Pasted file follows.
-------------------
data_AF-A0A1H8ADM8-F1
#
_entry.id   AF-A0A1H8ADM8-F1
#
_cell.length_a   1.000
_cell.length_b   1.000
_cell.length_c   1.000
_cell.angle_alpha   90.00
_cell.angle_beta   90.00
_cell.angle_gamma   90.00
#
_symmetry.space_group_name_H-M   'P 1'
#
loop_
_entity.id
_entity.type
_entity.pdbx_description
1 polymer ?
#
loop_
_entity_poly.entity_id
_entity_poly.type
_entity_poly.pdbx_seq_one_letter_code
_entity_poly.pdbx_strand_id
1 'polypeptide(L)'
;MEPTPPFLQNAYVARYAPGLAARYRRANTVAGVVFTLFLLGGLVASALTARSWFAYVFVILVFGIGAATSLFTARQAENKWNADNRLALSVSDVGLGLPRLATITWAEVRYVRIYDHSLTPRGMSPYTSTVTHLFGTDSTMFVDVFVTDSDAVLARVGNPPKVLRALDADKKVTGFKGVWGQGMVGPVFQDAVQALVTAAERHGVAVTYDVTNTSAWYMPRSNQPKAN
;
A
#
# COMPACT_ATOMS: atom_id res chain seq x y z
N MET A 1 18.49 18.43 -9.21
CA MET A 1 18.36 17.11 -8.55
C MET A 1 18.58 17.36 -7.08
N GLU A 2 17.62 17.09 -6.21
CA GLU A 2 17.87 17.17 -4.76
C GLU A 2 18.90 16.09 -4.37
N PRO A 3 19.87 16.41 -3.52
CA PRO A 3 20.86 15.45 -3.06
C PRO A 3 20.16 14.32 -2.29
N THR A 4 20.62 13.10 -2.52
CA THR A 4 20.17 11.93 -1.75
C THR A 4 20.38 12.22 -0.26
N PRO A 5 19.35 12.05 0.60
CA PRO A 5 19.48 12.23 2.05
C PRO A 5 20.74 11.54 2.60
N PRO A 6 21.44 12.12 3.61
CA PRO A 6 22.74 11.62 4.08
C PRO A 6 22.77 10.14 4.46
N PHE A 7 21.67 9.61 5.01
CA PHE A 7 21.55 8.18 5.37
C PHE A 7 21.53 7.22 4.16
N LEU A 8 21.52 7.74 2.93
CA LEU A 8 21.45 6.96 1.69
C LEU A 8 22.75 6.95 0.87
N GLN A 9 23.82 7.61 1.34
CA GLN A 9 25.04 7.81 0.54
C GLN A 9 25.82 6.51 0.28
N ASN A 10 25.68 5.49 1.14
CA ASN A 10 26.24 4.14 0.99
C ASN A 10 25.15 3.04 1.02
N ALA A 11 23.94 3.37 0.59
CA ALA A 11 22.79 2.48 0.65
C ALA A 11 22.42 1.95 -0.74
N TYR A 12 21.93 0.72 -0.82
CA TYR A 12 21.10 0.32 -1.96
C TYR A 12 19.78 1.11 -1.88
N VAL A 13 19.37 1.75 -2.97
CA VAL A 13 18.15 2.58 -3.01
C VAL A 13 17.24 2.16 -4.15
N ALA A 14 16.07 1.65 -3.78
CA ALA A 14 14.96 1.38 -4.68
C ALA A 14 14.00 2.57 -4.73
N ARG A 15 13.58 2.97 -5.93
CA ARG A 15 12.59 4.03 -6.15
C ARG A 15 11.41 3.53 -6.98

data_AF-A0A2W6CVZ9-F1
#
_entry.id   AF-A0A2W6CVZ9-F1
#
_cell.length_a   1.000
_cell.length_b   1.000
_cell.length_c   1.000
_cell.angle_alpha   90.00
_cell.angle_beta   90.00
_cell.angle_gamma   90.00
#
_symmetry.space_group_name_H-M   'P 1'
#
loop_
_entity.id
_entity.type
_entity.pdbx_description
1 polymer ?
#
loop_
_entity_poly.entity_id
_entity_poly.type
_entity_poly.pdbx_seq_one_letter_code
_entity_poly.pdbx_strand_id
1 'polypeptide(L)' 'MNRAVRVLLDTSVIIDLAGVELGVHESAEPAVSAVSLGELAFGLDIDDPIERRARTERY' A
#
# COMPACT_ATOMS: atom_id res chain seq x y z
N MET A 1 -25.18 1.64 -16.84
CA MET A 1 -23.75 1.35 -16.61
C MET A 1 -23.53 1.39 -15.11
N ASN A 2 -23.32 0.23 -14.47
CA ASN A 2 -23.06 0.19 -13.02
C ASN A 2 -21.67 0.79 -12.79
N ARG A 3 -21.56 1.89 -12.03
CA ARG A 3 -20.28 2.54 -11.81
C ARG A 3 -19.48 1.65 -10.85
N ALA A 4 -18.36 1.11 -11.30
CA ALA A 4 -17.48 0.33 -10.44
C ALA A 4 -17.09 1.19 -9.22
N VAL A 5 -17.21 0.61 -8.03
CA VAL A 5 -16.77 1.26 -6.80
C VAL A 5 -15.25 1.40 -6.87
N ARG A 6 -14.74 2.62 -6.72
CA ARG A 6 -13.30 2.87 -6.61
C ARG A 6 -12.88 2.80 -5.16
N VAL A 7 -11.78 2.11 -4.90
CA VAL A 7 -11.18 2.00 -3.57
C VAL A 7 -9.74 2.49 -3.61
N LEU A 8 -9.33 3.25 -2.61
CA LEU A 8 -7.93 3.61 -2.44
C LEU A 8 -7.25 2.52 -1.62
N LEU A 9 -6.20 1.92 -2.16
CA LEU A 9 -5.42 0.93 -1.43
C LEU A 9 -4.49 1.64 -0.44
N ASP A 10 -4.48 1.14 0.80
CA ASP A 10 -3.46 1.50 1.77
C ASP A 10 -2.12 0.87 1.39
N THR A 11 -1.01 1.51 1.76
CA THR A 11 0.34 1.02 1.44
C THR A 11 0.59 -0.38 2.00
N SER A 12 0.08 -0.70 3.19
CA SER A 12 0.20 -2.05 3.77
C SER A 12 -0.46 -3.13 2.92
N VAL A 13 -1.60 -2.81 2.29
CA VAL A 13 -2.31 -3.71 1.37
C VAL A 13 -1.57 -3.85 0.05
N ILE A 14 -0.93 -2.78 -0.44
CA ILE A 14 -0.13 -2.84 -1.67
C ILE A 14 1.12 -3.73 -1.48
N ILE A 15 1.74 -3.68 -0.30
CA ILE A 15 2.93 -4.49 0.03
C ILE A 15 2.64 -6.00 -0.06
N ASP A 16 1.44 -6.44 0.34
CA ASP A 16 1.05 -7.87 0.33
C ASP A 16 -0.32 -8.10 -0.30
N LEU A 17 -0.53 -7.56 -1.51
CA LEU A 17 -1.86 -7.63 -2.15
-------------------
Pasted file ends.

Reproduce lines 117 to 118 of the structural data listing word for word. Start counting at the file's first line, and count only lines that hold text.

C VAL A 5 -15.25 1.40 -6.87
N ARG A 6 -14.74 2.62 -6.72